Every day I pray that she will not die while I’m housebound. There’s really no “emergency” that she might have where my presence would be needed. She is in a skilled nursing facility with access to a hospital, if needed. But how could I make the funeral arrangements and travel to Jackson when I can’t even walk? Hopefully I will be mobile in a few more weeks, but this has been my greatest fear since the accident. Sometimes I just worry. But sometimes I remember to pray, and my faith grows when I do that. Faith—the assurance of things hoped for (Hebrews 11:1).
Now that I’m getting close to the point where I can walk, and eventually drive, I’m eager to visit her again. Maybe in October. But until then, I continue to have a great opportunity to exercise faith—to trust that God is in control. Because if there’s one thing I’m learning through all of this, it’s that I certainly am not.
It’s been almost three months since I worked on revisions for Cherry Bomb. I blogged about my encouraging notes from the editor I’m working with back in June (see “Potential to be Extraordinary”) and then I hunkered down and began the process. Three weeks later the process came abruptly to a stop when I was in a serious car accident. YESTERDAY I finally got back in the saddle and continued those novel revisions!
I don’t consider the three-month writing sabbatical a loss. My editor had recommended some reading to help me pump up the volume on my characters and plot, and I’m half-way through The Girl With the Dragon Tattoo trilogy and have read some of Bone River by Megan Chance. Both of these writers are teaching me how to improve my character development and make some big structural adjustments. Today I plan to do a writing exercise recommended by this editor in her “final impressions” section of the notes she sent to me:
In CHERRY BOMB, you’ve posited some truly fascinating female characters in conversation with one another—and I find that intriguing The work ahead is to refine those characters into three-dimensional human beings that fulfill the promise of their potential (i.e., that live up to the vivid first glimpses of these women we get). My recommendation to you is this: consider writing at least one chapter for each main female character from that woman’s first-person POV…. To develop a much clearer vision of each of these women in your mind, and the best way to do that is to dive inside their points-of-view, get comfortable seeing the world through their eyes, and be open to whatever happens next! This is just a writing exercise but I think it will really help you step outside your narrative habits in CHERRY BOMB and think of the women you’ve created in new and more complex ways.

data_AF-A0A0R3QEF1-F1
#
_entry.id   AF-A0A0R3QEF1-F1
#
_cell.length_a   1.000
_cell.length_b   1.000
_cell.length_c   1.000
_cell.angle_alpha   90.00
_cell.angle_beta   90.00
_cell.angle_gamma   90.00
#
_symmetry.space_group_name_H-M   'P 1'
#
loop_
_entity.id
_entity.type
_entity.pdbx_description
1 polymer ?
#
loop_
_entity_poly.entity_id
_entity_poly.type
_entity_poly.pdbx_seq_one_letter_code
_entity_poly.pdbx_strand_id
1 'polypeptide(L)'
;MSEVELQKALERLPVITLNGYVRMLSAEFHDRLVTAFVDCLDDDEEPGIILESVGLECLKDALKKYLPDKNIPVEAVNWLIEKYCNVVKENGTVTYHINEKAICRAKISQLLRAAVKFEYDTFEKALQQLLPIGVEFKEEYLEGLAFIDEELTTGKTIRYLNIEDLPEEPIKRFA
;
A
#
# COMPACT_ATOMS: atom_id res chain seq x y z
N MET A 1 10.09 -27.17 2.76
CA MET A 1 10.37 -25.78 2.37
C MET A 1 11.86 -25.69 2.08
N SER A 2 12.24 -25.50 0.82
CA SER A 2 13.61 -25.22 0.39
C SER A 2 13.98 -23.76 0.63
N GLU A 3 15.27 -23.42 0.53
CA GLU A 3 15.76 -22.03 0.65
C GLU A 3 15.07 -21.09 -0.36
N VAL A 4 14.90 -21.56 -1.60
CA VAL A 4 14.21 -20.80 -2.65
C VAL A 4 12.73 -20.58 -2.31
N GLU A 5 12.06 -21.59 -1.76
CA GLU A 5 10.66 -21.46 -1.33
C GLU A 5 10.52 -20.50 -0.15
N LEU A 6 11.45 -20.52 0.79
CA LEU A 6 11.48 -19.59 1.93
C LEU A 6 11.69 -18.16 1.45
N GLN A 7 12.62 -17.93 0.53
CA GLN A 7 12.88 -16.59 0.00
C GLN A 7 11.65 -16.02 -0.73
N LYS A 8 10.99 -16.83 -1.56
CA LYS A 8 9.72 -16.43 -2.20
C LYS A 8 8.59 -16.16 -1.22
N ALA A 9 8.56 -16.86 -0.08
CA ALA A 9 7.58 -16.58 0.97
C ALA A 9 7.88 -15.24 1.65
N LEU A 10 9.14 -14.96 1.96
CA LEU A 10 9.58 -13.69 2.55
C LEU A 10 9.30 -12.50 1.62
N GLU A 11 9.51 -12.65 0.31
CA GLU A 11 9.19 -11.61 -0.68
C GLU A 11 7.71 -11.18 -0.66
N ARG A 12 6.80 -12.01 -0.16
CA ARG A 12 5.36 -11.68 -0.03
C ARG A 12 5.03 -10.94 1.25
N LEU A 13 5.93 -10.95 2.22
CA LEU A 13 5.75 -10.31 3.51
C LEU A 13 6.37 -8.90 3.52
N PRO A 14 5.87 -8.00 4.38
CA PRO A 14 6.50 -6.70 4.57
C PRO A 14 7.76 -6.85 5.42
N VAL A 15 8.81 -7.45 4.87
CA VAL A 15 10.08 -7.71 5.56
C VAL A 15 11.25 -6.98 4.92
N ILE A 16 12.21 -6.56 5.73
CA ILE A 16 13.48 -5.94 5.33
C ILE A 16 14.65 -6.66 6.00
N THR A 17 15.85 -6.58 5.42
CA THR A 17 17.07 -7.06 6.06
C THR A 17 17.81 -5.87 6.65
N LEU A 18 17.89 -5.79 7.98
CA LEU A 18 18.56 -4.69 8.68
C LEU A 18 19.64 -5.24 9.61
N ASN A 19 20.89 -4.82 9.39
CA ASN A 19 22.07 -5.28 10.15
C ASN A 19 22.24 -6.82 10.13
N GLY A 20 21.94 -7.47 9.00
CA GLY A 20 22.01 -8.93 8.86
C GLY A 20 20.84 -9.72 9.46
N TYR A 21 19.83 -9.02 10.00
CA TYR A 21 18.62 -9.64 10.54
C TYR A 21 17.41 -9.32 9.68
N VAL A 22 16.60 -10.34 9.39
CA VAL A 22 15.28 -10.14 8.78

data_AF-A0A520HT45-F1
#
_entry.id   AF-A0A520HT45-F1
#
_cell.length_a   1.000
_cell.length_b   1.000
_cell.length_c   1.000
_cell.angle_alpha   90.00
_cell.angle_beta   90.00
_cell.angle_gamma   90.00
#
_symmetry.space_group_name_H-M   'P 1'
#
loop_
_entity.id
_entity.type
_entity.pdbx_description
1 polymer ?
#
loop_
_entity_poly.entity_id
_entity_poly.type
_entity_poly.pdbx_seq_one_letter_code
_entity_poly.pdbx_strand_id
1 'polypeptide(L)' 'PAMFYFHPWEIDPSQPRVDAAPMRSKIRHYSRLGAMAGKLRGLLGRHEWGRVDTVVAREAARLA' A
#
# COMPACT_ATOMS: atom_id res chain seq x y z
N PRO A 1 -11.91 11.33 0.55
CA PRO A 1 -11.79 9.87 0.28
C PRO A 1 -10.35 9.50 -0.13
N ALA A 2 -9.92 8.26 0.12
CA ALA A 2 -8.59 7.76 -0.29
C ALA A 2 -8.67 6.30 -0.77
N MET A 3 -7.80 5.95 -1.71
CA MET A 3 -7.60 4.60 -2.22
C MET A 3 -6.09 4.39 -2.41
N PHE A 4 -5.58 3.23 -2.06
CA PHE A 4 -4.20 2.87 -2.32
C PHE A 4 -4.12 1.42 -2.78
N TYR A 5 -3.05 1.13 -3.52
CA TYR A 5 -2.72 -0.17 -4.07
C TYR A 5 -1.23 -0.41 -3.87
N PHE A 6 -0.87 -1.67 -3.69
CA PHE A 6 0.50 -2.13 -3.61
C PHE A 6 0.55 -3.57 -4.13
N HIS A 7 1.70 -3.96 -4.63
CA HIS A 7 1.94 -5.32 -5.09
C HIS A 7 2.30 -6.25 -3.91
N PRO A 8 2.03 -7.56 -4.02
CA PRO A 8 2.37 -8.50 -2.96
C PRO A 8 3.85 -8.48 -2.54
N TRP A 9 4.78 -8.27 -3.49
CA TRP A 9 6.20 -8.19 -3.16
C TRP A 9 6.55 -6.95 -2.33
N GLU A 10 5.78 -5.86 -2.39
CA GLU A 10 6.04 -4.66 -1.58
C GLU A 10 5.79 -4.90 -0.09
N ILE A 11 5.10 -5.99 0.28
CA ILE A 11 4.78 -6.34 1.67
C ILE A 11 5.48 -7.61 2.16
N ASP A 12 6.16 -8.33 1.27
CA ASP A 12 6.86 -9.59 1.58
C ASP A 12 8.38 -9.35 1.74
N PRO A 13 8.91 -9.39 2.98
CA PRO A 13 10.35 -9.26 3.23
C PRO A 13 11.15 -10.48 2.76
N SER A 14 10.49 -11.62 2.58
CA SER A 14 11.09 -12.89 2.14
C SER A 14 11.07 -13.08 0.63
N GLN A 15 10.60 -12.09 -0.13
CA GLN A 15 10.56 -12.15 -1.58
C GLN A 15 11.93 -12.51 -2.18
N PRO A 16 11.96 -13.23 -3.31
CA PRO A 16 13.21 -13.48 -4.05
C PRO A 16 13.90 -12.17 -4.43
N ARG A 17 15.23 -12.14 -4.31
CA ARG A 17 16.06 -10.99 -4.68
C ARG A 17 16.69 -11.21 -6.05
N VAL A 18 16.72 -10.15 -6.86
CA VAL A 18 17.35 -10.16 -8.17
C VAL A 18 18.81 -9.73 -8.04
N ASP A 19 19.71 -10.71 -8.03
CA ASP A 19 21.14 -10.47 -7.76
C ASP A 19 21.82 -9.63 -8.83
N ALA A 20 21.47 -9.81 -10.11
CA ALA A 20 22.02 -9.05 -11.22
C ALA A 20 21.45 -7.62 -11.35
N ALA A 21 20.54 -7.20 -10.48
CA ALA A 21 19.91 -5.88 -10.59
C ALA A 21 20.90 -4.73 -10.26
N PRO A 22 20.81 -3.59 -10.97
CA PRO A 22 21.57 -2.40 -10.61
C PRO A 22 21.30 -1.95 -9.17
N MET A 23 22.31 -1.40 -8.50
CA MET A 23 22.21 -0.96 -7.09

Before my accident, I probably wouldn’t have considered taking the time to do this exercise. I was always in a hurry to get the revisions done and send the manuscript back to the agent. Being house-bound while recovering has taught me to slow down a bit, not only physically, but mentally. Hopefully I’ve begun to learn some much-needed patience as I return to the work. I can only work on the manuscript for an hour or so at a time without hurting my neck or needing to elevate my leg. But I’m learning to make the most of those short work-slots, take breaks, and get back to work again. It’s quite a departure from the way I usually work—three or four hours at a time without much of a break.